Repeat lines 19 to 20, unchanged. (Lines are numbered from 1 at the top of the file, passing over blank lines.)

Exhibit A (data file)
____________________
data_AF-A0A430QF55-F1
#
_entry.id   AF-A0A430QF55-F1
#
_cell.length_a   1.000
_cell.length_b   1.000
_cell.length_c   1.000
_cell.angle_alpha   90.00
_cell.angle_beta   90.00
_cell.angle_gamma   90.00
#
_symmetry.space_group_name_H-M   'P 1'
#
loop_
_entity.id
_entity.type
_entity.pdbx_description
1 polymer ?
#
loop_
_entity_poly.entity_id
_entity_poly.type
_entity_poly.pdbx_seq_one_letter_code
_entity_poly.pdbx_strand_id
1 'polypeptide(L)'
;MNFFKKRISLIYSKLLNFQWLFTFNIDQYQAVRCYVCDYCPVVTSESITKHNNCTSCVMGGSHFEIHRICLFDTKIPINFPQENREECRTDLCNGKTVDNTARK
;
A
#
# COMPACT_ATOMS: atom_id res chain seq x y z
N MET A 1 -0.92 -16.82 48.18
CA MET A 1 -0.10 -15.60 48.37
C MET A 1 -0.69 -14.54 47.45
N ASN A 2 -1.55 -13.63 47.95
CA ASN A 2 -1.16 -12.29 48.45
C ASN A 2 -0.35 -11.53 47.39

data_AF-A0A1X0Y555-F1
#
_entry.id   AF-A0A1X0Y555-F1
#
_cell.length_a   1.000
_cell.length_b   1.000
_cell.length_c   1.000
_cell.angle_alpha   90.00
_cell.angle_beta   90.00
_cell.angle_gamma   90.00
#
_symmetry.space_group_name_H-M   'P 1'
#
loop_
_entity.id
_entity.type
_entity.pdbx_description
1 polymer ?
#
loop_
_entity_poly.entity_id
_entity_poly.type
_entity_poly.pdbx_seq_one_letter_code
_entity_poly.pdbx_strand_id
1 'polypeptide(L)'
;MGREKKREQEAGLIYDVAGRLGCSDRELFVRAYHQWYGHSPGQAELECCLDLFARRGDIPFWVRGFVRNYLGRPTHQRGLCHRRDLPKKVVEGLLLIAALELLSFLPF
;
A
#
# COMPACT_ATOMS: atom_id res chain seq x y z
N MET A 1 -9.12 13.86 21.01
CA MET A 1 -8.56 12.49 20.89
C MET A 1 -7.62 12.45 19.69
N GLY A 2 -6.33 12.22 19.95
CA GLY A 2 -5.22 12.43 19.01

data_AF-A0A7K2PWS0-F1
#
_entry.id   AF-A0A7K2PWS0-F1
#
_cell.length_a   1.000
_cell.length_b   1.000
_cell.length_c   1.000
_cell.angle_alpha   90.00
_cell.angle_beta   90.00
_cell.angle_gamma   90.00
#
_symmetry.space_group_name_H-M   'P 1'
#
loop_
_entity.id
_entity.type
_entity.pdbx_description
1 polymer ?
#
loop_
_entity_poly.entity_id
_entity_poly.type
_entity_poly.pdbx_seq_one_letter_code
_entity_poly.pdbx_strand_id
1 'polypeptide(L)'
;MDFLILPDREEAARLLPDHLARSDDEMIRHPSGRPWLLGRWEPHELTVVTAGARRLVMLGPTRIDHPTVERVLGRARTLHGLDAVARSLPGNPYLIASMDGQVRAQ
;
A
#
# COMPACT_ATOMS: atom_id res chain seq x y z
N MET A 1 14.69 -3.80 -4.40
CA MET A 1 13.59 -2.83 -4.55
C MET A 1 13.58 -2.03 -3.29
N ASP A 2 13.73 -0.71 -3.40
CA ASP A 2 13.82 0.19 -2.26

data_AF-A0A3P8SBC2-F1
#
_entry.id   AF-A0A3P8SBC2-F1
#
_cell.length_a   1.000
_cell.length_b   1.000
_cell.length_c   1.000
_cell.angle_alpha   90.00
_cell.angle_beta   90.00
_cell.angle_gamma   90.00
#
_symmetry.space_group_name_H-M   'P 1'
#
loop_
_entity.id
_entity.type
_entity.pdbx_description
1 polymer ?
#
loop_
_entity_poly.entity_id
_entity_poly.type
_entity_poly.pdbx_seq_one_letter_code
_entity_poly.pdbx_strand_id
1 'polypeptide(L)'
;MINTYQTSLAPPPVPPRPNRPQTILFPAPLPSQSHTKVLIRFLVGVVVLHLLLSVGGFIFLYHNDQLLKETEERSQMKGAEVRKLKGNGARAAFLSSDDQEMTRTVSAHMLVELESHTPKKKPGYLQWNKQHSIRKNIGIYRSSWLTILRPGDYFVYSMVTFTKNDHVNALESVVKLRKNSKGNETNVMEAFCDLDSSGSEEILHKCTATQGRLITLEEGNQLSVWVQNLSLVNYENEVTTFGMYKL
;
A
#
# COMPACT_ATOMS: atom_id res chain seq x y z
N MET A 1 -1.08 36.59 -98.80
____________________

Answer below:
#
loop_